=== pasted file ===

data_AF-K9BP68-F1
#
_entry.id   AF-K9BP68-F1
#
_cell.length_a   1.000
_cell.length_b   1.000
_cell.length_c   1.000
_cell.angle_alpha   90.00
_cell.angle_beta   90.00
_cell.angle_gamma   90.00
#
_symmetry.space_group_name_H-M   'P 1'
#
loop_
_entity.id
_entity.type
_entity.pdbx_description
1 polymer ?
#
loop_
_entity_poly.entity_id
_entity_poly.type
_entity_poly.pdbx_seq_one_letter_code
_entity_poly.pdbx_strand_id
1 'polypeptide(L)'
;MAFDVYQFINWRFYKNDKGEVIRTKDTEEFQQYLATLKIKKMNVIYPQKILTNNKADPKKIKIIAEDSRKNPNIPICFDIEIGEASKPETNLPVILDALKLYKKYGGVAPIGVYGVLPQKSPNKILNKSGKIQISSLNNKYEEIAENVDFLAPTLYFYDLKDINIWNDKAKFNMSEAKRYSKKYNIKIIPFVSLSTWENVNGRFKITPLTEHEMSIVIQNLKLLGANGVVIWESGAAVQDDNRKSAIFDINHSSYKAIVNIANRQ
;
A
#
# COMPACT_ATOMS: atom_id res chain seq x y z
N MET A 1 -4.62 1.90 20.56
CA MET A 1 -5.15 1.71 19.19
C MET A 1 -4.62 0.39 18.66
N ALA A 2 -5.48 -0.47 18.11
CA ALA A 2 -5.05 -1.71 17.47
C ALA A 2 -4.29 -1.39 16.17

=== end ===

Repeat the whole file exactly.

data_AF-K9BP68-F1
#
_entry.id   AF-K9BP68-F1
#
_cell.length_a   1.000
_cell.length_b   1.000
_cell.length_c   1.000
_cell.angle_alpha   90.00
_cell.angle_beta   90.00
_cell.angle_gamma   90.00
#
_symmetry.space_group_name_H-M   'P 1'
#
loop_
_entity.id
_entity.type
_entity.pdbx_description
1 polymer ?
#
loop_
_entity_poly.entity_id
_entity_poly.type
_entity_poly.pdbx_seq_one_letter_code
_entity_poly.pdbx_strand_id
1 'polypeptide(L)'
;MAFDVYQFINWRFYKNDKGEVIRTKDTEEFQQYLATLKIKKMNVIYPQKILTNNKADPKKIKIIAEDSRKNPNIPICFDIEIGEASKPETNLPVILDALKLYKKYGGVAPIGVYGVLPQKSPNKILNKSGKIQISSLNNKYEEIAENVDFLAPTLYFYDLKDINIWNDKAKFNMSEAKRYSKKYNIKIIPFVSLSTWENVNGRFKITPLTEHEMSIVIQNLKLLGANGVVIWESGAAVQDDNRKSAIFDINHSSYKAIVNIANRQ
;
A
#
# COMPACT_ATOMS: atom_id res chain seq x y z
N MET A 1 -4.62 1.90 20.56
CA MET A 1 -5.15 1.71 19.19
C MET A 1 -4.62 0.39 18.66
N ALA A 2 -5.48 -0.47 18.11
CA ALA A 2 -5.05 -1.71 17.47
C ALA A 2 -4.29 -1.39 16.17